Luke 23:50-56: A Good and Righteous Man
September 20, 2021
TODAY'S BIBLE READING:
Isaiah 51-53, Proverbs 28:1-14, Luke 23:50-56, Hebrews 11:17-31
Joseph of Arimathea, many fables have been told about him, but here is the truth. He was a member of the council that had condemned Jesus, but he himself had not consented to the condemnation. He was a “good and righteous man,” and he was “looking for the kingdom of God.”
By this we learn that by faith and faithfulness, he had established a reputation for upright living towards God and people—and also that he had heard the preaching and teaching of the Bible to cause him to look for God’s coming kingdom. Whether or not he at this point believed that Jesus was the King of that Kingdom is not clear; it is clear that he was a good and righteous man. He had not consented to their decision to kill Jesus, and so while he had failed to prevent that cosmic crime, he now acted in the only way left for him to express his dissent at their immorality. He took the body of Jesus, gaining permission from Pilate to do so, and laid Jesus with dignity in a never used tomb.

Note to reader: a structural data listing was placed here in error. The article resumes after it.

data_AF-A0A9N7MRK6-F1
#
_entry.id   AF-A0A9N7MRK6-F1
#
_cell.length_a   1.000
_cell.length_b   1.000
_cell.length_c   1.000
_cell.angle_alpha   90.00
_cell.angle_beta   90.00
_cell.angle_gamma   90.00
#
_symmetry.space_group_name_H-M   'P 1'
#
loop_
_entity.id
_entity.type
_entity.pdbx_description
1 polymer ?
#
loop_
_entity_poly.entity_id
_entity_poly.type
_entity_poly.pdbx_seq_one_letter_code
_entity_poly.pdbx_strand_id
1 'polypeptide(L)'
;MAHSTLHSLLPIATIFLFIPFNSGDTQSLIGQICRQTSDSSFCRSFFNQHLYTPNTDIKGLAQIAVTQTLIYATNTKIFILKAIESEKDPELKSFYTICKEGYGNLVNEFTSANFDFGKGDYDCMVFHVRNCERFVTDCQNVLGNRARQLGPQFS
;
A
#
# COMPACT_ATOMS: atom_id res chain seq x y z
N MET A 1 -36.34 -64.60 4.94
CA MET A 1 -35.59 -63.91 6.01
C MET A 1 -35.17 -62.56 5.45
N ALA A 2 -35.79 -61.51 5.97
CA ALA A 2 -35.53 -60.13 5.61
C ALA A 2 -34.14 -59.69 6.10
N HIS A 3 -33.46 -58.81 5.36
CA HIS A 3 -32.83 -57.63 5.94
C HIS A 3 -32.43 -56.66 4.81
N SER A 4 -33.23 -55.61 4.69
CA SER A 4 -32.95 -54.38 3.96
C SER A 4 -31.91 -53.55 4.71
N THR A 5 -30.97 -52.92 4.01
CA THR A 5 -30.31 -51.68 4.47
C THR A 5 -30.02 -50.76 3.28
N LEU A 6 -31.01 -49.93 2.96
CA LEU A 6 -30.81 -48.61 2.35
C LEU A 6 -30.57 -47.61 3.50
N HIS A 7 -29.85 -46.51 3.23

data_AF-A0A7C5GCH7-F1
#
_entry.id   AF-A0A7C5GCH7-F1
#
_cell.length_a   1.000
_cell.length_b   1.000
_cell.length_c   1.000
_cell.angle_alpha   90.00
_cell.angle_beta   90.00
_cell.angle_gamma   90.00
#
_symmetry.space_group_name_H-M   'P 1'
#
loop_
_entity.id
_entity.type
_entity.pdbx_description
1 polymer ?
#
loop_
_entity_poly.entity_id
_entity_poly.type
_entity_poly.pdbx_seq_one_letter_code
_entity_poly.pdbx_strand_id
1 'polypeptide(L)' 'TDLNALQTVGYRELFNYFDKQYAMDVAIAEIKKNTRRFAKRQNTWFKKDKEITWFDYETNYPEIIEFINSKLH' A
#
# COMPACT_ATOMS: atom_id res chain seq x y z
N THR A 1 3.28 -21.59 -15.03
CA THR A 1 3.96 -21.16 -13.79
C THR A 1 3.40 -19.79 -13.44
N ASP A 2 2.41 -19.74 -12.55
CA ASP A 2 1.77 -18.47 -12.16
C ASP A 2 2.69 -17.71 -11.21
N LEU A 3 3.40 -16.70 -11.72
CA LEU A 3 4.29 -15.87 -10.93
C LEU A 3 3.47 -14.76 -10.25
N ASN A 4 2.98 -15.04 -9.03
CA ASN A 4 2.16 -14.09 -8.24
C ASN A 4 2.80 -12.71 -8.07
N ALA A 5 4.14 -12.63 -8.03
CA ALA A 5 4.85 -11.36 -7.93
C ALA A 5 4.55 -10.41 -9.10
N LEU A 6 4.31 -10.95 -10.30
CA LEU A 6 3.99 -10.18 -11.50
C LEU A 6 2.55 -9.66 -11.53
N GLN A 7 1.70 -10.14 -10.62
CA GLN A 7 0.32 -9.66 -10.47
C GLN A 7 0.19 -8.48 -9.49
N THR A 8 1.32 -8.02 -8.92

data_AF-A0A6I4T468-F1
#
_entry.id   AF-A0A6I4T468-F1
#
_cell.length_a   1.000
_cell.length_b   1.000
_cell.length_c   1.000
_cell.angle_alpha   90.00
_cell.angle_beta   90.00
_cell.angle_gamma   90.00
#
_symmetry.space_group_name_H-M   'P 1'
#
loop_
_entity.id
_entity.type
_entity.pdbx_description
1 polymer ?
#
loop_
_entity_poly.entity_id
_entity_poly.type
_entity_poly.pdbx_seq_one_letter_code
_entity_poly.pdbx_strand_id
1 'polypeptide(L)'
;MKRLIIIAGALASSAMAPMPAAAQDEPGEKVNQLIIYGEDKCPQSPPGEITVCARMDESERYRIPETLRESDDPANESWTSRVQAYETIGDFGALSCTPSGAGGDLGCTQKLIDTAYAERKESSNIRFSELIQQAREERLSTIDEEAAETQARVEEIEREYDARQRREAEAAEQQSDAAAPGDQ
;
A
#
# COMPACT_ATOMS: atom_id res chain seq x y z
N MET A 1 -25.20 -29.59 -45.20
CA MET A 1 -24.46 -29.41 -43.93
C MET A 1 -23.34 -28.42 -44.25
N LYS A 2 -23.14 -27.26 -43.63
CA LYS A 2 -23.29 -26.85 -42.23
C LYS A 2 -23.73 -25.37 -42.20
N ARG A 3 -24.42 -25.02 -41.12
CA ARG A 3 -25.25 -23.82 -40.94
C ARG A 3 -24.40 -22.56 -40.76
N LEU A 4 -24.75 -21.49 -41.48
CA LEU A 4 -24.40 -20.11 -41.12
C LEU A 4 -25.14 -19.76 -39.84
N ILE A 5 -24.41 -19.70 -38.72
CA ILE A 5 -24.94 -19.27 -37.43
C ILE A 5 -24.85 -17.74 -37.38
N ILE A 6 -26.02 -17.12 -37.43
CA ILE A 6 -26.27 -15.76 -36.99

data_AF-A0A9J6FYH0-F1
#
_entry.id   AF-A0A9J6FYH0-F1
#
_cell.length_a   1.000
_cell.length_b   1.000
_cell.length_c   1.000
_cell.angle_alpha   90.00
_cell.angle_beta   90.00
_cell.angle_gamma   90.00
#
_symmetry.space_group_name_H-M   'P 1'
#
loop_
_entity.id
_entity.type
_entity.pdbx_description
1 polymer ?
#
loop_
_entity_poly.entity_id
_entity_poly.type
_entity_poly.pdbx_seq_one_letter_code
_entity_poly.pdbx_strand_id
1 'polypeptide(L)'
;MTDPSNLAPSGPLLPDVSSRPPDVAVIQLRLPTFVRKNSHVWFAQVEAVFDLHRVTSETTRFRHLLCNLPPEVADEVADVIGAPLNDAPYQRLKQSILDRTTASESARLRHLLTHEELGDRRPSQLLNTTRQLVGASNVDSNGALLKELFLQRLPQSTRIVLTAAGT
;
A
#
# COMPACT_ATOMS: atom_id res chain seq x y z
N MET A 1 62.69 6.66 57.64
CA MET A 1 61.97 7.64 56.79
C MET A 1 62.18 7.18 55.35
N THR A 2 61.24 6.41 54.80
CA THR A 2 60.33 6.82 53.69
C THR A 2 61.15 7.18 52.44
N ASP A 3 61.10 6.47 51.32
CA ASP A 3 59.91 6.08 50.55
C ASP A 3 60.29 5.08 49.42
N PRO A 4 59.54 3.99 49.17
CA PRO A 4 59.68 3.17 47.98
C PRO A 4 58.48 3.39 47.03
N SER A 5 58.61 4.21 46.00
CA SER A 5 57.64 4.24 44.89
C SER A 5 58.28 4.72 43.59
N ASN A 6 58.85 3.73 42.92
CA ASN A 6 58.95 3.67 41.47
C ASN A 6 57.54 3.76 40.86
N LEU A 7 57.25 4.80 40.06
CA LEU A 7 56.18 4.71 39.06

We are told that the women saw where Jesus was laid—and therefore knew where to come back to when they discovered the empty tomb. To be a good and righteous person means ultimately to look for the advance of the kingdom of God. And to look for the advance of the kingdom of God centers on Jesus and his death and resurrection.
By these standards, are we good and righteous people? Are we spending our effort and our time and energy to advance the kingdom of God? Are we using our position of influence to help advance the kingdom of God? The example of Joseph of Arimathea shows us that we are to seek first the kingdom of God and his righteousness.
ABOUT THE AUTHOR
Josh Moody (Ph.D., University of Cambridge) is the senior pastor of College Church in Wheaton, IL., president and founder of God Centered Life Ministries, and author of several books including How the Bible Can Change Your Life and John 1-12 For You.
To receive God Centered Life devotionals directly in your inbox, as well as other resources, enter your email address in the form at the bottom of this page and click "subscribe."